Nobel laureate Muhammad Yunus has been removed from his position as head of microlender Grameen Bank, Bangladesh's central bank said on Wednesday, following allegations of irregularities in its operations.
Yunus, 70, set up Grameen Bank and has been its managing director since 2000. Lauded abroad by politicians and financiers, he has been under attack from Prime Minister Sheikh Hasina's government since late last year, after a Norwegian documentary alleged Grameen Bank was dodging taxes.
Yunus has denied any financial irregularities and his supporters say he is being discredited by the government because of a feud with Hasina dating back to 2007, when he tried to set up a political party while Bangladesh was ruled by an interim military government.
"We have delivered a letter to the Grameen Bank that Muhammad Yunus has been removed," said the central bank governor's spokesman, A.F.M. Asaduzzaman.
On Tuesday, a central bank official said a letter had been sent to the Finance Ministry demanding Yunus retire immediately because he had been in his post at Grameen for nearly a decade longer than the law allowed.
The official retirement age of managing directors at commercial banks is 60.
Yunus has said the bank's board, which is mainly made up of borrowers, allows him to stay on as long as he is able to perform his duties.
In a sign of a rift within the microlender, Grameen Bank said Yunus was staying on while a government-appointed chairman said the order had been implemented. It was unclear how the deadlock would be resolved.
"This is a legal issue. Grameen Bank is taking legal advice. It is also examining all the legal aspects of this issue," Grameen Bank said in a statement.
"Grameen Bank has been duly complying with all applicable laws. It has also complied with the law in respect of appointment of the managing director," the statement added.
"According to the Bank's legal advisors, the founder of Grameen Bank, Nobel Laureate Professor Muhammad Yunus, is accordingly continuing in his office."
Separately, Grameen's government-appointed chairman Muzammel Huq told Reuters: "Today I received the letter from the central bank and I was directed to implement the decision."
"The decision has been implemented with immediate effect."
Last month, Finance Minister Abul Maal Abdul Muhith said Yunus should step down, as he was now "old and we need to define the bank's role and bring it under close regulation".
Hasina herself has called Yunus a "blood-sucker of the poor" and sharply criticised Grameen Bank's microlending practices, especially after the Norwegian documentary that alleged the bank had for tax purposes shifted funds provided by Norway's aid agency in the 1990s from one legal entity to another.
The documentary sparked criticism in Bangladesh and abroad of Yunus, whose bank has provided about $10 billion in small loans to people, most of them women, to fund businesses and help them escape poverty.
A Norwegian government investigation into the allegations, however, found no evidence of misuse of funds or corrupt practices.
Yunus has been summoned to appear in three separate court cases involving Grameen Bank in Bangladesh over the past month.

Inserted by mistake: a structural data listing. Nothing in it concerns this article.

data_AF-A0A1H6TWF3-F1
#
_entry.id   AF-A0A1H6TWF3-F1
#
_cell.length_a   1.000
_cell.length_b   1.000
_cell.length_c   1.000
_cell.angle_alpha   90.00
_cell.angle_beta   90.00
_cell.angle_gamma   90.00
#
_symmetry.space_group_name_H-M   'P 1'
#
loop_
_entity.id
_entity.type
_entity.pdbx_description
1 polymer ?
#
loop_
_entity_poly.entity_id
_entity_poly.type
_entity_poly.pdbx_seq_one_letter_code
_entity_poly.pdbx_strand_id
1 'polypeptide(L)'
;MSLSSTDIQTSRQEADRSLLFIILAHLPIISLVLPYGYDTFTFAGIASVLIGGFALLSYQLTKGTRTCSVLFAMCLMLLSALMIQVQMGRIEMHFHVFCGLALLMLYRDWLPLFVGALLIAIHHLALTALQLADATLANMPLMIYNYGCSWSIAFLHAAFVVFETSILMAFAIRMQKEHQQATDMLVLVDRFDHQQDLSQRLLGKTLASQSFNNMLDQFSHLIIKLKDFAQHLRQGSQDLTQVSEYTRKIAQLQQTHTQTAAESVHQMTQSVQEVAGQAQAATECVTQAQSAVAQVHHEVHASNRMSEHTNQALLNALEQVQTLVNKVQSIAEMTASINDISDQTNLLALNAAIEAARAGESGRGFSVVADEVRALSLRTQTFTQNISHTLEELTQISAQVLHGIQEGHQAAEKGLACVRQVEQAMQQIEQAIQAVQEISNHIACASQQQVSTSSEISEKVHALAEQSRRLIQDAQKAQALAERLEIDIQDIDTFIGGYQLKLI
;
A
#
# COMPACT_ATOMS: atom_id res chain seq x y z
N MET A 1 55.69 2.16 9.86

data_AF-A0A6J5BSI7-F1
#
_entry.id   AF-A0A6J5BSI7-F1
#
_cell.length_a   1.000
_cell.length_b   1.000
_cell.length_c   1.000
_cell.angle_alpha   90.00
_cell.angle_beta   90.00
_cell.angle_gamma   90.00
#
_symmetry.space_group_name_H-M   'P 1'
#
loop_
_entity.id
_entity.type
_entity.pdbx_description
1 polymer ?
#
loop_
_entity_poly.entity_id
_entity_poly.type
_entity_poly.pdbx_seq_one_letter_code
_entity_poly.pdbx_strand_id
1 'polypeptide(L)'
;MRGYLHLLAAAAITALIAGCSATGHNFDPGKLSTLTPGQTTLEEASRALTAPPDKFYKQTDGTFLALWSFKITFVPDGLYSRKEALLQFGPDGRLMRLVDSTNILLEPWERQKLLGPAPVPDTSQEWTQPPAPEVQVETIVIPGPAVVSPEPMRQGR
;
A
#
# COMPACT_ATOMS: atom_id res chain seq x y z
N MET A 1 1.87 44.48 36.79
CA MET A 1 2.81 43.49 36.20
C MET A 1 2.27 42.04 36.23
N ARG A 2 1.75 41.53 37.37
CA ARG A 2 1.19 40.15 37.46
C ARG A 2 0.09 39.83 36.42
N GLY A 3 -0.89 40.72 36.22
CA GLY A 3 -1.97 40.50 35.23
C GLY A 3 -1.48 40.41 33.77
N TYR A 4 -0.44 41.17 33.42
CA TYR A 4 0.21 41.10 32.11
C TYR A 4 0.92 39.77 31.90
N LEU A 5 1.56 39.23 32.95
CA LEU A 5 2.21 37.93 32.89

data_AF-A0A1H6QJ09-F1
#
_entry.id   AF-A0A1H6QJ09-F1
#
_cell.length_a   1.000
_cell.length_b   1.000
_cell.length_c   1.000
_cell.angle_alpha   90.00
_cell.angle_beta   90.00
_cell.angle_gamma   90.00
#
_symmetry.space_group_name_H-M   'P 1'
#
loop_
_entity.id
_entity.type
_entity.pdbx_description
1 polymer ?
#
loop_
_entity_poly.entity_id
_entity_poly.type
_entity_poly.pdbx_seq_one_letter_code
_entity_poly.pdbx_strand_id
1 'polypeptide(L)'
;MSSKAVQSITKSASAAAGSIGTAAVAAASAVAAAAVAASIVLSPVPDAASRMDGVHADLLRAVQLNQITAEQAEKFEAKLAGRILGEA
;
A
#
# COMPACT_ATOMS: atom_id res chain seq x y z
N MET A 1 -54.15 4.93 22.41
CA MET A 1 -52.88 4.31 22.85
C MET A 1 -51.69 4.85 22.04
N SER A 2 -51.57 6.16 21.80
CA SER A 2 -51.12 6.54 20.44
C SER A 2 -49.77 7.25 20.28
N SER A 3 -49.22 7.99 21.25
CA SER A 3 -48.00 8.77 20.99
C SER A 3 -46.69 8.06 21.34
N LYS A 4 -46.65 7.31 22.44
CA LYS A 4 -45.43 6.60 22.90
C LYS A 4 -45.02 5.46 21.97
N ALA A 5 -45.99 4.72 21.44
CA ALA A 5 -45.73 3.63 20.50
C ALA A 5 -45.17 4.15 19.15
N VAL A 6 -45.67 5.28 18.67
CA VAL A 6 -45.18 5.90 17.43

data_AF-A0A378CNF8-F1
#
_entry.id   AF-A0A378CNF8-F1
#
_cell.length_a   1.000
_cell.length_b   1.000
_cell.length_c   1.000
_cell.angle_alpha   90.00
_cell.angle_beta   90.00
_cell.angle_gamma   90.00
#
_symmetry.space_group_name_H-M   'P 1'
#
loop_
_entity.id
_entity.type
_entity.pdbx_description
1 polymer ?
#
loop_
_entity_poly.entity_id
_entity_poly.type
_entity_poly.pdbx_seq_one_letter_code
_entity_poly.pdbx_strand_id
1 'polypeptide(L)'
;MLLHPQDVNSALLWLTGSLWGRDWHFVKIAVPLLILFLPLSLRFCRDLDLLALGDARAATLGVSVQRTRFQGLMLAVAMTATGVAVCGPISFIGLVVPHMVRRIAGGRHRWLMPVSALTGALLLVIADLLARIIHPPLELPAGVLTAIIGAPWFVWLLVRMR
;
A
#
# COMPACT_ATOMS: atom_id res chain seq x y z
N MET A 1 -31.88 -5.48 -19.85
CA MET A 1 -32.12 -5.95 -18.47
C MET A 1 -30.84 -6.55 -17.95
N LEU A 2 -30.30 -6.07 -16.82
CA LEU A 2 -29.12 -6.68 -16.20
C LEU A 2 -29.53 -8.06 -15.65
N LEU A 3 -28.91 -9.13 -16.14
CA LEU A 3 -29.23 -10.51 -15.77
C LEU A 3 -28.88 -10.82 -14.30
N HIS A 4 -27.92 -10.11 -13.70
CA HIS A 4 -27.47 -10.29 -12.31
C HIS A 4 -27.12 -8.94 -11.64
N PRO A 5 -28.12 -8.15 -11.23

Yunus, dubbed "banker to the poor", was awarded the 2006 Nobel Peace for providing a small loans programme, which has led to the creation of similar programmes in other developing countries.
Stabilised political and security situation, the launch of government initiatives toward fiscal consolidation and strong support from external donors are some of the reasons given for improved economic outlook.
Norway will not supply gas to Europe in case of supplies being cut by Russia, says Norwegian Energy Minister Lien
A fall in global oil prices, down more than 20 percent from this year's June high, means that ending costly diesel subsidies will save the government money without hurting consumers.
EU officials said the gas talks would continue in Brussels next week, with Poroshenko telling reporters that the financing still needed to be resolved.
The food-producing regions of Guinea, Sierra Leone and Liberia in West Africa have been severely affected by the worst outbreak on record of the viral haemorrhagic fever
Fall in crude oil prices will effect Iran's oil industry more than Western sanctions
Widodo currently plans to raise the price of both gasoline and diesel by 3,000 rupiah ($0.25) per litre by November, the advisor said.
Mario Pezzini and Romano Prodi jointly emphasized that Africa should be of priority for European Union’s future development policies.
Analysts say that some form of disruption of Russian flows to the EU is likely this winter
Chrysler is recalling about 470,000 cars and SUVs globally from model years 2011 through 2014 and equipped with a 3.6 liter engine and a 160 amp alternator
Oil prices continue to slide with surging production and weakening economic news. Venezuela has called for an emergency meeting of OPEC
Only one in four Russians said the measures would be harmful to the economy. About one in four of those polled also said sanctions could pose serious problems for them or their families
Zuma said the government wanted 30 exploration wells drilled in the next 10 years.
Bosnia and Herzegovina need to handle energy reforms at state level to implement EU's Third Energy Package
The five countries' horticulture exports will again be exempted from EU customs duty once the new deal comes into force.
Renzi's government has been keen to woo cash-rich buyers from China